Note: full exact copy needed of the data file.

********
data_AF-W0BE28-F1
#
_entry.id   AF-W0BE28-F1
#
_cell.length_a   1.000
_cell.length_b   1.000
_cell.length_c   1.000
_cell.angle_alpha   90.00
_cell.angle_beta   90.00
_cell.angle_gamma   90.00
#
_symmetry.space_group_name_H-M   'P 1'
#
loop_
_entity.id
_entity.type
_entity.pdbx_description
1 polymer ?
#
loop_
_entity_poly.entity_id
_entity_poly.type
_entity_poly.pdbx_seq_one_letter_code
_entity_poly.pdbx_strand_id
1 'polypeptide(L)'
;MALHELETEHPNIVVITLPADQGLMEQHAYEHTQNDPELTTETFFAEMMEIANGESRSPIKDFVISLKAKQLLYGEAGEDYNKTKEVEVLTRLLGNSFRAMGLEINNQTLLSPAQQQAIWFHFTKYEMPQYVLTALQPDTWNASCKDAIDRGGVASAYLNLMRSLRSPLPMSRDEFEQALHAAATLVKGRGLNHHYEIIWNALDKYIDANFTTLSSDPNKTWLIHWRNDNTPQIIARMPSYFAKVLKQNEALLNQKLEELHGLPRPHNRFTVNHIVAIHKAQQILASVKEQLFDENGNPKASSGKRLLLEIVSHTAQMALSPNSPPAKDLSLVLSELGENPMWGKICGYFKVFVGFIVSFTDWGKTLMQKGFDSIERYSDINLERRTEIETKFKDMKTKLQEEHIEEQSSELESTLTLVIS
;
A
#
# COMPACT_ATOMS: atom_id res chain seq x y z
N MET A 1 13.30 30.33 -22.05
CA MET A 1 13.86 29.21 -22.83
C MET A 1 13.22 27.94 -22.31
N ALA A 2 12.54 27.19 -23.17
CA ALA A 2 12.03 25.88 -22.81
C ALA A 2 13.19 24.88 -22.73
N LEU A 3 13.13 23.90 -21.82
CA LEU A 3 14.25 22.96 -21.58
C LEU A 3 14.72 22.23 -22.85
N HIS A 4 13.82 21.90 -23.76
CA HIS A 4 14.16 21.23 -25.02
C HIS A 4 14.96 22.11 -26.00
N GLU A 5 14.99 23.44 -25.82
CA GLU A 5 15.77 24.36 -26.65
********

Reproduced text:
data_AF-W0BE28-F1
#
_entry.id   AF-W0BE28-F1
#
_cell.length_a   1.000
_cell.length_b   1.000
_cell.length_c   1.000
_cell.angle_alpha   90.00
_cell.angle_beta   90.00
_cell.angle_gamma   90.00
#
_symmetry.space_group_name_H-M   'P 1'
#
loop_
_entity.id
_entity.type
_entity.pdbx_description
1 polymer ?
#
loop_
_entity_poly.entity_id
_entity_poly.type
_entity_poly.pdbx_seq_one_letter_code
_entity_poly.pdbx_strand_id
1 'polypeptide(L)'
;MALHELETEHPNIVVITLPADQGLMEQHAYEHTQNDPELTTETFFAEMMEIANGESRSPIKDFVISLKAKQLLYGEAGEDYNKTKEVEVLTRLLGNSFRAMGLEINNQTLLSPAQQQAIWFHFTKYEMPQYVLTALQPDTWNASCKDAIDRGGVASAYLNLMRSLRSPLPMSRDEFEQALHAAATLVKGRGLNHHYEIIWNALDKYIDANFTTLSSDPNKTWLIHWRNDNTPQIIARMPSYFAKVLKQNEALLNQKLEELHGLPRPHNRFTVNHIVAIHKAQQILASVKEQLFDENGNPKASSGKRLLLEIVSHTAQMALSPNSPPAKDLSLVLSELGENPMWGKICGYFKVFVGFIVSFTDWGKTLMQKGFDSIERYSDINLERRTEIETKFKDMKTKLQEEHIEEQSSELESTLTLVIS
;
A
#
# COMPACT_ATOMS: atom_id res chain seq x y z
N MET A 1 13.30 30.33 -22.05
CA MET A 1 13.86 29.21 -22.83
C MET A 1 13.22 27.94 -22.31
N ALA A 2 12.54 27.19 -23.17
CA ALA A 2 12.03 25.88 -22.81
C ALA A 2 13.19 24.88 -22.73
N LEU A 3 13.13 23.90 -21.82
CA LEU A 3 14.25 22.96 -21.58
C LEU A 3 14.72 22.23 -22.85
N HIS A 4 13.82 21.90 -23.76
CA HIS A 4 14.16 21.23 -25.02
C HIS A 4 14.96 22.11 -26.00
N GLU A 5 14.99 23.44 -25.82
CA GLU A 5 15.77 24.36 -26.65